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Investigating the association of integrated care on healthcare costs: evidence from a large retrospective cohort study in the Netherlands

Authors:

Milad Karimi ,

Erasmus school of health policy & management, Erasmus University, NL
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Apostolos Tsiachristas,

Erasmus school of health policy & management, Erasmus University, NL
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Willemijn Looman,

Erasmus school of health policy & management, Erasmus University, NL
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Maaike Hoedemakers,

Erasmus school of health policy & management, Erasmus University, NL
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Maureen Rutten-van Mölken

Erasmus school of health policy & management, Erasmus University, NL
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Abstract

Introduction: In the Netherlands, bundled payments were introduced gradually after 2010 to stimulate the integration of primary care services for different chronic conditions including diabetes, vascular risk management, COPD, depression, asthma, as well as for the elderly. The expectation for this reform was that integrated care could control healthcare expenditure by improving efficiency in primary care and promoting prevention. However, little is known whether this expectation is fulfilled. The aim of this study was to investigate the association between integrated care and healthcare costs in the Netherlands.

Methods: Claims data from 2008 to 2017 from all Dutch health insurers was used. Enrolment of individuals in an integrated care programme was identified based on payment codes for integrated care services. Individuals entered integerated care at different points during this period. The control cohort consisted of individuals who were not enrolled in any integrated care programme and who were matched with individuals in the intervention cohort based on gender, age, socio-economic status, and type and number of chronic conditions. Cost were available on spending from basic health insurance in multiple categories e.g. GP, medication, and medical-specialist per person per half year from 2008 to 2015. Descriptive statistics and a preliminary analysis with an ordinary least squares were conducted.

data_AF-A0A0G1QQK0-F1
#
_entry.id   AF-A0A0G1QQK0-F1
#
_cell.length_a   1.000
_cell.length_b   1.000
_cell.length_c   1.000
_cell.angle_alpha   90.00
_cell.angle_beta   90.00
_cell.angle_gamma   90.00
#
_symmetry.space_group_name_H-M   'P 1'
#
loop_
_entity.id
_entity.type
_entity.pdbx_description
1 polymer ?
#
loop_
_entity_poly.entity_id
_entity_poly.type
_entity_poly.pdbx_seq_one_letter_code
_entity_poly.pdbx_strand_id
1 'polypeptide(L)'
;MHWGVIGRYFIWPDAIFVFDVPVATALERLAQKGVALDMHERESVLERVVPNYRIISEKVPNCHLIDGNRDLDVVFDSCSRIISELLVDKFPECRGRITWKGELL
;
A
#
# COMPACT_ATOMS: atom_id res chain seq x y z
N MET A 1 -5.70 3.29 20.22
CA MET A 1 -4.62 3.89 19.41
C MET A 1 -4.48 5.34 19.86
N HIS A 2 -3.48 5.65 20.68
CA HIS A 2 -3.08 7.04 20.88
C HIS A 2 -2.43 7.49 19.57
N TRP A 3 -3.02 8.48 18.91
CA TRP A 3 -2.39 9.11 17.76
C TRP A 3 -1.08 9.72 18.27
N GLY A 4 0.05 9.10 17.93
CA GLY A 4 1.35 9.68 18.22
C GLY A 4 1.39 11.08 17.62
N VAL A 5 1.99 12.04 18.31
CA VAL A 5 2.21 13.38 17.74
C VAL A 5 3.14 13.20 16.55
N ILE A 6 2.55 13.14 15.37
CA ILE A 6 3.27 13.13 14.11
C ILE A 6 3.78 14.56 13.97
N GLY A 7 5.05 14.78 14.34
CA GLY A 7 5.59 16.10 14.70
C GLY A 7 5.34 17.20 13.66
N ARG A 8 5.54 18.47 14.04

Preliminary Results: The intervention group consists of 2.8 million and the control group of 1 million persons. In 2008, both were of similar age median 70 and gender female 51%, and had similair costs €1600, semi-annual. More people in the intervention group used medical care, for example, for medication 87% vs. 77% and secondary care 64% vs. 53%. The largest integrated care programme in 2015 was for diabetes 675,000 people. From the people who started integrated care in 2008 over 55% stayed in the full 8 years. Patients with more than one chronic condition had higher costs €3640 vs €1236.

For indivduals who had been enrolled in integrated care at the time, mean total costs remained virtually stable between the first half-year of 2008 and the first half-year of 2015 from €2558 to €2543. For those who had not been enrolled in integrated care at the time, the costs increased €1538 to €1964.

Preliminary regression analysis showed that people in integrated care had increased costs of around €180 and that this amount did not reduce over time.

Discussion: Preliminary results indicate that integrated care programmes were associated with higher costs. Further analysis based on type of costs needs to indicate whether cost differences were likely to be due to severity of disease for integrated care patients or due to integrated care itself.  Sensitivity analysis will be performed to assess robustness of the results. Future analysis will focus on the effect of different types of financing for these programmes and whether integrated care has a different effect on people with multi-morbidity. 

How to Cite: Karimi M, Tsiachristas A, Looman W, Hoedemakers M, Rutten-van Mölken M. Investigating the association of integrated care on healthcare costs: evidence from a large retrospective cohort study in the Netherlands. International Journal of Integrated Care. 2018;18(s2):141. DOI: http://doi.org/10.5334/ijic.s2141
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Published on 23 Oct 2018.

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